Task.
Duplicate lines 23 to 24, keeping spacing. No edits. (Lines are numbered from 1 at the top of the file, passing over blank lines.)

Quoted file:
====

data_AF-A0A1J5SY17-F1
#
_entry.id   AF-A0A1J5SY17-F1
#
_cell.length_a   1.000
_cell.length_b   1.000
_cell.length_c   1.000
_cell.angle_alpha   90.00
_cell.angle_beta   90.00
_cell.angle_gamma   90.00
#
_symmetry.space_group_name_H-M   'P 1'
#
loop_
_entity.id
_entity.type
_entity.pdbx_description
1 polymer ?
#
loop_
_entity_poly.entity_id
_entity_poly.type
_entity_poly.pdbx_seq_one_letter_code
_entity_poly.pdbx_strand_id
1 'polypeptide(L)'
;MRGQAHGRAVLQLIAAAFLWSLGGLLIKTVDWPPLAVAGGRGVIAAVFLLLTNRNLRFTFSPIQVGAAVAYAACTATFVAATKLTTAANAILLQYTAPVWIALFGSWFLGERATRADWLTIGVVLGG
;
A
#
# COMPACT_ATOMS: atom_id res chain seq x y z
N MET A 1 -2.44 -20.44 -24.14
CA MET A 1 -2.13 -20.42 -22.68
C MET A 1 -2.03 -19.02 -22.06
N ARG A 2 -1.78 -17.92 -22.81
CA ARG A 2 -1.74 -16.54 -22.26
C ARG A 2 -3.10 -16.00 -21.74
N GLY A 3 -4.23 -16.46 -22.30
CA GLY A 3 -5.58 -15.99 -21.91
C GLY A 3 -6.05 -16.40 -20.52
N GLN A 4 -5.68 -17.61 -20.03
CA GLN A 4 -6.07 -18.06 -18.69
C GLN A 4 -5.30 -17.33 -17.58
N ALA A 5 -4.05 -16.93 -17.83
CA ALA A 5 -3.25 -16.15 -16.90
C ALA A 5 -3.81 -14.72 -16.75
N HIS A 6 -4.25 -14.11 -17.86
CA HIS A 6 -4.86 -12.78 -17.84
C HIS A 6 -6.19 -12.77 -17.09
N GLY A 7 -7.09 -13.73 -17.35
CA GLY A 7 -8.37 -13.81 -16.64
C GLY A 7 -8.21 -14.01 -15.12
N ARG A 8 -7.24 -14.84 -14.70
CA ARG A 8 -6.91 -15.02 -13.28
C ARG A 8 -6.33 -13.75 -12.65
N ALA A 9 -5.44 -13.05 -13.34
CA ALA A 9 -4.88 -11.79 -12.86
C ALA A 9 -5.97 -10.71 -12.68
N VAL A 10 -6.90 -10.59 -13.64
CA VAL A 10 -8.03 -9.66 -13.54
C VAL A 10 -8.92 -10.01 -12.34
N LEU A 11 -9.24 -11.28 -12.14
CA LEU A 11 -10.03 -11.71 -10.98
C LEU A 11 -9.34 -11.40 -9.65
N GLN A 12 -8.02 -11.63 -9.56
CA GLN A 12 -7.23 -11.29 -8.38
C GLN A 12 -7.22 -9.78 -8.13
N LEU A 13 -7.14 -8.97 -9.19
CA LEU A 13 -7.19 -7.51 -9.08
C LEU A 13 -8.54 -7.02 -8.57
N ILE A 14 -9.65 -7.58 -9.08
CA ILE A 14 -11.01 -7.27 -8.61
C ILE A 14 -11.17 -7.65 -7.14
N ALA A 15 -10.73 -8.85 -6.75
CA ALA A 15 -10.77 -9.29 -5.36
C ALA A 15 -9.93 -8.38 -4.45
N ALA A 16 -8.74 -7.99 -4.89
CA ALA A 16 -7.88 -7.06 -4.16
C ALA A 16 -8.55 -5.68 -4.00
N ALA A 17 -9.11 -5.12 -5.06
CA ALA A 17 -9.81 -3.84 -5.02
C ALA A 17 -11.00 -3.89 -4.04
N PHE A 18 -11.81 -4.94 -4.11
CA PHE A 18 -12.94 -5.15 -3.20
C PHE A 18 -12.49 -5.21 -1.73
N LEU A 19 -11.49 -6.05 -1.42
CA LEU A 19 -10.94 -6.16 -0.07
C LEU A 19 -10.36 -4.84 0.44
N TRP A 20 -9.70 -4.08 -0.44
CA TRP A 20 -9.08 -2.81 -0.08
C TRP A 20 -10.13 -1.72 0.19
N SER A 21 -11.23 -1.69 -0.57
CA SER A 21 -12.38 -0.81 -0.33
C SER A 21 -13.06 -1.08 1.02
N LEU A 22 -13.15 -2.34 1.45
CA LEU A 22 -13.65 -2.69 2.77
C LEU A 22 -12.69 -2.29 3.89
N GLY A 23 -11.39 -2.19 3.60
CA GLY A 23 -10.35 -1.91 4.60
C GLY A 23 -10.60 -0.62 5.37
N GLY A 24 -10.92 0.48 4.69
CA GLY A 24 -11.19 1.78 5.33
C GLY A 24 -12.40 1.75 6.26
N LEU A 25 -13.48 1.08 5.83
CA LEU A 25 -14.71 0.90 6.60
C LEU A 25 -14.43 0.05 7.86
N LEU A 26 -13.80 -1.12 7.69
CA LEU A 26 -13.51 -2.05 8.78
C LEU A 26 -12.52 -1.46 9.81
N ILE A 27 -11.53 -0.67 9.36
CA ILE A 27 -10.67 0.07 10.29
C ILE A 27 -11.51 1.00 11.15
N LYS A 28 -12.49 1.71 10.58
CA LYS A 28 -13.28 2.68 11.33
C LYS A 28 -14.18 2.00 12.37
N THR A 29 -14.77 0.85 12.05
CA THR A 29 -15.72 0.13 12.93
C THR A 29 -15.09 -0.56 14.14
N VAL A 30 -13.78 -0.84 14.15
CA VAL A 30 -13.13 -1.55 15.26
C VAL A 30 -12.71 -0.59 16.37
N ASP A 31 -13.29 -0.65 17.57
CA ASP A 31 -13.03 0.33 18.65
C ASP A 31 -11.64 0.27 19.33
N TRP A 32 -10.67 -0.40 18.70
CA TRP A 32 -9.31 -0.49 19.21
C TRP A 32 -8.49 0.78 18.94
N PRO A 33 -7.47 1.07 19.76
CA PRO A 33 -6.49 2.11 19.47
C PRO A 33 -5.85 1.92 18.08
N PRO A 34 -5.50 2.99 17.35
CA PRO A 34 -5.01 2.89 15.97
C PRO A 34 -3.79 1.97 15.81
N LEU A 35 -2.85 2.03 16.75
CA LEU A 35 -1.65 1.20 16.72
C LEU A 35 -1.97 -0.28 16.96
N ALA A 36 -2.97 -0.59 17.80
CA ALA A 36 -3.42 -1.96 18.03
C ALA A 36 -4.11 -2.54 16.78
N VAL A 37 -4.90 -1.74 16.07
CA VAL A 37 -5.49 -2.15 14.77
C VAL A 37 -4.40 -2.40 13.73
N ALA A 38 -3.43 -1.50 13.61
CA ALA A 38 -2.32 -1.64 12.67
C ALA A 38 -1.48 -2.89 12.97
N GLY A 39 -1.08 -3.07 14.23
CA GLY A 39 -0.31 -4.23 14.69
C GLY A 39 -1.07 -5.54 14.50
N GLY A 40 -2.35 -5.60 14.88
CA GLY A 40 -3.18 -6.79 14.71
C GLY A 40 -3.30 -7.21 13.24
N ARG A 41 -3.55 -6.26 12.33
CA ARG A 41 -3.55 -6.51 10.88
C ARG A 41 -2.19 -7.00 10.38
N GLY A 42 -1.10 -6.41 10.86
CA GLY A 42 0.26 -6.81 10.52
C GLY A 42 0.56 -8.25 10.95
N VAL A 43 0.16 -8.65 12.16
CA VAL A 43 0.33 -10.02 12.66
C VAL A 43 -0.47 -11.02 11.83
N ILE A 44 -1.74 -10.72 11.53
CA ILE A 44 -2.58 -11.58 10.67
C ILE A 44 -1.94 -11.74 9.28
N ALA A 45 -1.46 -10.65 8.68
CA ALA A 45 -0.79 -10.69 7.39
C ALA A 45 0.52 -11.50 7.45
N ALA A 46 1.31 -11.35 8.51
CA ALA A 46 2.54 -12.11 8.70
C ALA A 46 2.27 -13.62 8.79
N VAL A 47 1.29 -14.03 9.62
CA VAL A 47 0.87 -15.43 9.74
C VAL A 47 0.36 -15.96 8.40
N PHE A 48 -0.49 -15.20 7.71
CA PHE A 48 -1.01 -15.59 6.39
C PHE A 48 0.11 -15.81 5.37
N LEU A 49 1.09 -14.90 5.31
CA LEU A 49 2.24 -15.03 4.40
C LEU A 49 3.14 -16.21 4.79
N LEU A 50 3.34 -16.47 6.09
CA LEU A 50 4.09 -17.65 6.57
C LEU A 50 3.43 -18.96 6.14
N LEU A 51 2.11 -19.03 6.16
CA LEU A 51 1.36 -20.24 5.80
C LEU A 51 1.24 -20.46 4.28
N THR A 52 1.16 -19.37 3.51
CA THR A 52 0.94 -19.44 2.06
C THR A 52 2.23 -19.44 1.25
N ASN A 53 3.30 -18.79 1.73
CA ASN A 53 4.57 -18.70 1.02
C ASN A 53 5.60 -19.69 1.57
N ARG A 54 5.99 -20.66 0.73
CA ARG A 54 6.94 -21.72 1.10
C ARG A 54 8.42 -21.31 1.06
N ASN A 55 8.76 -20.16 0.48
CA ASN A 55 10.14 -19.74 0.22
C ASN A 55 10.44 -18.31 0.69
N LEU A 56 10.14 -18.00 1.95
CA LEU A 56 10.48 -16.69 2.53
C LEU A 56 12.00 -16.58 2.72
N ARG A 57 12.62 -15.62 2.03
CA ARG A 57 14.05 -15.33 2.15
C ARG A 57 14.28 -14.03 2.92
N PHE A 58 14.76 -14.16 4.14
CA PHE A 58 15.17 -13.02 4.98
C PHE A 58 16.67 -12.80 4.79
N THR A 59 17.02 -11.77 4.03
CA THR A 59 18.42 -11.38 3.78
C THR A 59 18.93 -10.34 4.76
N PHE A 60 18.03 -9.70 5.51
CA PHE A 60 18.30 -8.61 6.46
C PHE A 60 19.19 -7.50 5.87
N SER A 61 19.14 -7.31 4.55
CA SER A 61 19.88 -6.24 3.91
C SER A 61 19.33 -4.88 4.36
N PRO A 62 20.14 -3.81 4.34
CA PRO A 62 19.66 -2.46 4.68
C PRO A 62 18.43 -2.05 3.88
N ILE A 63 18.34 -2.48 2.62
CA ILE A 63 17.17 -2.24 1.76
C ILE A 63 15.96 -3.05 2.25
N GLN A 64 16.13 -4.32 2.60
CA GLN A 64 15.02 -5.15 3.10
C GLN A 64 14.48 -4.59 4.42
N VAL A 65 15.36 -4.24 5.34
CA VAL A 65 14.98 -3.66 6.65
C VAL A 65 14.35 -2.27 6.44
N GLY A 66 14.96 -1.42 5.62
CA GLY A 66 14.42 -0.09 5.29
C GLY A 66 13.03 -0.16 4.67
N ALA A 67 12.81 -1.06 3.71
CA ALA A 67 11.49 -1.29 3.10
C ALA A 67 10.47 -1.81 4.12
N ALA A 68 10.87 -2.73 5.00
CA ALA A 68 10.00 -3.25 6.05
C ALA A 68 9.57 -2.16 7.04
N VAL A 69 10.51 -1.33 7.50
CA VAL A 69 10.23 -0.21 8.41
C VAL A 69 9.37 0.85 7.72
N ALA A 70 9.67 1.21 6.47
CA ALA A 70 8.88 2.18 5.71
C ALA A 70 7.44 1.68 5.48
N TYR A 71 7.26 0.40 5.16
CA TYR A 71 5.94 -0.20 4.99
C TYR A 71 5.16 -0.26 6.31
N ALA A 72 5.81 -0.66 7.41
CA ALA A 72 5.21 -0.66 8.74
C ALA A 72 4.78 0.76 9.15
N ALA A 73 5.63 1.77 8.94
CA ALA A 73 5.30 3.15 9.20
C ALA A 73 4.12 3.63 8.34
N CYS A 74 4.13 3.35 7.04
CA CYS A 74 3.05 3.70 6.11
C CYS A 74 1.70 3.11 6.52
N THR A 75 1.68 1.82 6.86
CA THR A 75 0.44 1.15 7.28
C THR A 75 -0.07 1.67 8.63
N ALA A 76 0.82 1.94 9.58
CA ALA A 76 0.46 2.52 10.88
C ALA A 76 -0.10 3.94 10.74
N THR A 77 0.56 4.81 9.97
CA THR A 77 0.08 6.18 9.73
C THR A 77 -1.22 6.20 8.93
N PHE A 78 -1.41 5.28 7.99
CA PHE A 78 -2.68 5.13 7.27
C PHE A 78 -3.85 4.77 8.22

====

_entity_poly.pdbx_seq_one_letter_code
_entity_poly.pdbx_strand_id